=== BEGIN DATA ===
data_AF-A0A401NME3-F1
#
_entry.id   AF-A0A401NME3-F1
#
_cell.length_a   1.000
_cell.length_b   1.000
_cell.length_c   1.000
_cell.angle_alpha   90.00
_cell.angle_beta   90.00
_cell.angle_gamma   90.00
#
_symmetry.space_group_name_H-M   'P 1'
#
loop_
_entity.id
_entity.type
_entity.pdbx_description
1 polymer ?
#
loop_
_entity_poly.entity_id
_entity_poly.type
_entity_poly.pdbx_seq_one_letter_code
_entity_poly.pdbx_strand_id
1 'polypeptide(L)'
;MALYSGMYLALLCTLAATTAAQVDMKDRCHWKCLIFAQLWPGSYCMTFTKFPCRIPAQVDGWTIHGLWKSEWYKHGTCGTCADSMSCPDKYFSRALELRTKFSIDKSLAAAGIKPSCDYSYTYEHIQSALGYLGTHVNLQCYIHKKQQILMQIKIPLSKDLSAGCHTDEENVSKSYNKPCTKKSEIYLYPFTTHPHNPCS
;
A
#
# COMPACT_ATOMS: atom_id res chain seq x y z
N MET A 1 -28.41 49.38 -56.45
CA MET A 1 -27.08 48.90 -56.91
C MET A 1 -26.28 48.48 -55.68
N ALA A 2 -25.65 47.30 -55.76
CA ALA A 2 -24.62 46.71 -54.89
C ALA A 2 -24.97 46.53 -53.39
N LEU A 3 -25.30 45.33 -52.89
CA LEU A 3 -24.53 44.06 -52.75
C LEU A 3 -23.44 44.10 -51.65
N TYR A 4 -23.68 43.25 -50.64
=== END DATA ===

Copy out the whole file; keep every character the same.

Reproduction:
data_AF-A0A401NME3-F1
#
_entry.id   AF-A0A401NME3-F1
#
_cell.length_a   1.000
_cell.length_b   1.000
_cell.length_c   1.000
_cell.angle_alpha   90.00
_cell.angle_beta   90.00
_cell.angle_gamma   90.00
#
_symmetry.space_group_name_H-M   'P 1'
#
loop_
_entity.id
_entity.type
_entity.pdbx_description
1 polymer ?
#
loop_
_entity_poly.entity_id
_entity_poly.type
_entity_poly.pdbx_seq_one_letter_code
_entity_poly.pdbx_strand_id
1 'polypeptide(L)'
;MALYSGMYLALLCTLAATTAAQVDMKDRCHWKCLIFAQLWPGSYCMTFTKFPCRIPAQVDGWTIHGLWKSEWYKHGTCGTCADSMSCPDKYFSRALELRTKFSIDKSLAAAGIKPSCDYSYTYEHIQSALGYLGTHVNLQCYIHKKQQILMQIKIPLSKDLSAGCHTDEENVSKSYNKPCTKKSEIYLYPFTTHPHNPCS
;
A
#
# COMPACT_ATOMS: atom_id res chain seq x y z
N MET A 1 -28.41 49.38 -56.45
CA MET A 1 -27.08 48.90 -56.91
C MET A 1 -26.28 48.48 -55.68
N ALA A 2 -25.65 47.30 -55.76
CA ALA A 2 -24.62 46.71 -54.89
C ALA A 2 -24.97 46.53 -53.39
N LEU A 3 -25.30 45.33 -52.89
CA LEU A 3 -24.53 44.06 -52.75
C LEU A 3 -23.44 44.10 -51.65
N TYR A 4 -23.68 43.25 -50.64